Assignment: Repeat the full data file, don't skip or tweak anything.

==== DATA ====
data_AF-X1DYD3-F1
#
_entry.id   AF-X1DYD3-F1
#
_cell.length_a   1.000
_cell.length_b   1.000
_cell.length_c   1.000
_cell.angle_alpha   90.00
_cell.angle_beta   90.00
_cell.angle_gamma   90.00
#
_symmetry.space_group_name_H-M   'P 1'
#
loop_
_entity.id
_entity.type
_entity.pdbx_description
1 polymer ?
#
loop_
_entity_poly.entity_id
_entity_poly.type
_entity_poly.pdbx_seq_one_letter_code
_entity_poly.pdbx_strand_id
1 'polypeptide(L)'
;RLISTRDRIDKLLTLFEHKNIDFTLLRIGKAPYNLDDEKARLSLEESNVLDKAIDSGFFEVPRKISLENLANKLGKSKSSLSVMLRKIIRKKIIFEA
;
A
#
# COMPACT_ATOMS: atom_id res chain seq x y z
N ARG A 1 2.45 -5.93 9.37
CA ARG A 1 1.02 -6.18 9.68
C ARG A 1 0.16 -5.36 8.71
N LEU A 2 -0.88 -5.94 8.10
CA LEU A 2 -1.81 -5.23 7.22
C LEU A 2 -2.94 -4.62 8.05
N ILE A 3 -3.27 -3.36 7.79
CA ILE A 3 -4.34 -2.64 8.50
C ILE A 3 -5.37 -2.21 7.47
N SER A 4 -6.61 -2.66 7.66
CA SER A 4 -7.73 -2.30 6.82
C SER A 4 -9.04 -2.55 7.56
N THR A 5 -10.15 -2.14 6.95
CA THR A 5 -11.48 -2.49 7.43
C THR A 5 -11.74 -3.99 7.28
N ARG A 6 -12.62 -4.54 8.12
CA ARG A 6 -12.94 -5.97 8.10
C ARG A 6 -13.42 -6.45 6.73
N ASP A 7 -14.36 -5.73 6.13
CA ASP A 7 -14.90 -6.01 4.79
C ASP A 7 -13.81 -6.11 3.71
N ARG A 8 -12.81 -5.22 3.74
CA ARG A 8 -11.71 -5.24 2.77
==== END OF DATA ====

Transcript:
data_AF-X1DYD3-F1
#
_entry.id   AF-X1DYD3-F1
#
_cell.length_a   1.000
_cell.length_b   1.000
_cell.length_c   1.000
_cell.angle_alpha   90.00
_cell.angle_beta   90.00
_cell.angle_gamma   90.00
#
_symmetry.space_group_name_H-M   'P 1'
#
loop_
_entity.id
_entity.type
_entity.pdbx_description
1 polymer ?
#
loop_
_entity_poly.entity_id
_entity_poly.type
_entity_poly.pdbx_seq_one_letter_code
_entity_poly.pdbx_strand_id
1 'polypeptide(L)'
;RLISTRDRIDKLLTLFEHKNIDFTLLRIGKAPYNLDDEKARLSLEESNVLDKAIDSGFFEVPRKISLENLANKLGKSKSSLSVMLRKIIRKKIIFEA
;
A
#
# COMPACT_ATOMS: atom_id res chain seq x y z
N ARG A 1 2.45 -5.93 9.37
CA ARG A 1 1.02 -6.18 9.68
C ARG A 1 0.16 -5.36 8.71
N LEU A 2 -0.88 -5.94 8.10
CA LEU A 2 -1.81 -5.23 7.22
C LEU A 2 -2.94 -4.62 8.05
N ILE A 3 -3.27 -3.36 7.79
CA ILE A 3 -4.34 -2.64 8.50
C ILE A 3 -5.37 -2.21 7.47
N SER A 4 -6.61 -2.66 7.66
CA SER A 4 -7.73 -2.30 6.82
C SER A 4 -9.04 -2.55 7.56
N THR A 5 -10.15 -2.14 6.95
CA THR A 5 -11.48 -2.49 7.43
C THR A 5 -11.74 -3.99 7.28
N ARG A 6 -12.62 -4.54 8.12
CA ARG A 6 -12.94 -5.97 8.10
C ARG A 6 -13.42 -6.45 6.73
N ASP A 7 -14.36 -5.73 6.13
CA ASP A 7 -14.90 -6.01 4.79
C ASP A 7 -13.81 -6.11 3.71
N ARG A 8 -12.81 -5.22 3.74
CA ARG A 8 -11.71 -5.24 2.77